NASA has announced its intention to send a mobile robot, the Volatiles Investigating Polar Exploration Rover (VIPER) to the Moon’s southern pole to identify the location and concentration of water ice in the region.
“The key to living on the Moon is water — the same as here on Earth,” said Daniel Andrews, project manager of the VIPER mission, reports Forbes. “Since the confirmation of lunar water-ice ten years ago, the question now is if the Moon could really contain the amount of resources we need to live off-world.”
Moon water also would make Mars missions more affordable, Mars enthusiasts contend.“Creating space fuel depots would allow spacecraft to travel much farther and allow missions and satellites to sustain operations,” says Karen Panetta, IEEE Fellow, Dean for Graduate Education, Tufts University. “Rather than transporting water into space in heavy loads on rockets, the goal is to extract it (mine it) from the moon and asteroids.”
A refresher: How to get rocket fuel from water. Use electric current (from solar panels or other sources) in a process known as hydrolysis to break down water molecules into oxygen and hdyrogen. The two gasses, when recombined and ignited, will give out the energy they absorbed during the splitting process. The combustion of gases will drive the rocket forward.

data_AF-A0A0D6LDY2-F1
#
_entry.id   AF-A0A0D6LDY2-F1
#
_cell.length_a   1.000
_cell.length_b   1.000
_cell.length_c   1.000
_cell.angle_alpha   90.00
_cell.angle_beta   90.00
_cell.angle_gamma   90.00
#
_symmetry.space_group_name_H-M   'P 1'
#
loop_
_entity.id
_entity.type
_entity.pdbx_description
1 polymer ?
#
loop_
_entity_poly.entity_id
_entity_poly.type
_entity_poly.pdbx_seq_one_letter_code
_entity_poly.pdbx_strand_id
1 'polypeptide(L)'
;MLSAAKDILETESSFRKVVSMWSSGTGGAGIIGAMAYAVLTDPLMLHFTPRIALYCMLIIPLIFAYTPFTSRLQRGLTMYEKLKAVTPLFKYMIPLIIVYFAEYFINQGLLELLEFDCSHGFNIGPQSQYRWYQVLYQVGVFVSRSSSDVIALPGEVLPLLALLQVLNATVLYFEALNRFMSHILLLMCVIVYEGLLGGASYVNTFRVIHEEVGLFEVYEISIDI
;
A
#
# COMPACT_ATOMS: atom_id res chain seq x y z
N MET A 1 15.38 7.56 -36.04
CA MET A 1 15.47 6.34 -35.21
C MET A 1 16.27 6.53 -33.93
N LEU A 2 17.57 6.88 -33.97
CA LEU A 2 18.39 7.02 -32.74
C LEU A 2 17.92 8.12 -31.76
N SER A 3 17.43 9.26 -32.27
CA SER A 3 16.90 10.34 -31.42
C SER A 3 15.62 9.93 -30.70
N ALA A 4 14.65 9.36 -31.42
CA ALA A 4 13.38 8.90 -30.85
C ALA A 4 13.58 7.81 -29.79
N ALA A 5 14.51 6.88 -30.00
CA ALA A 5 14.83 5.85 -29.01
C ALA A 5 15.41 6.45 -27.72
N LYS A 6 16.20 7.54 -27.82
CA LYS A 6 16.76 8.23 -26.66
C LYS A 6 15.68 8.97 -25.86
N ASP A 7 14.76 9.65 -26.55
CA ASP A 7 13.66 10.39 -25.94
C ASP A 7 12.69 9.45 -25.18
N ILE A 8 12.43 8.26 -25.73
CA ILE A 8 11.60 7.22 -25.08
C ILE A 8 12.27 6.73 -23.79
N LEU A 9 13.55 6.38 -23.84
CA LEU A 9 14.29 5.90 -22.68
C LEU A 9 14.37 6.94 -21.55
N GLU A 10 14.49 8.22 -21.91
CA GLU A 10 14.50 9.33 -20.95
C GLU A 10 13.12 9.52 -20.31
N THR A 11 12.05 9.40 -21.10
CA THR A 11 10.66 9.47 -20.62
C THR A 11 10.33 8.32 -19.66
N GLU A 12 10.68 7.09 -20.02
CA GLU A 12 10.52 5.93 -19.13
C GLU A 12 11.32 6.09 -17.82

There is plenty of water on Earth, but to break free of the planet’s gravity well takes tremendous energy and expense. The supposition is that it would be cheaper to mine water on the Moo with autonomous robots.
Water mining on the Moon, however, will require creation of specialized new industry around on developing reliable autonomous mining techniques for docking, drilling, detecting and repairing equipment. “The robots will use artificial intelligence to gather information and communicate among each other what they learn, so each robot doesn’t have to relearn everything from scratch, but rather, just upgrade their knowledge and data models,” says Panetta.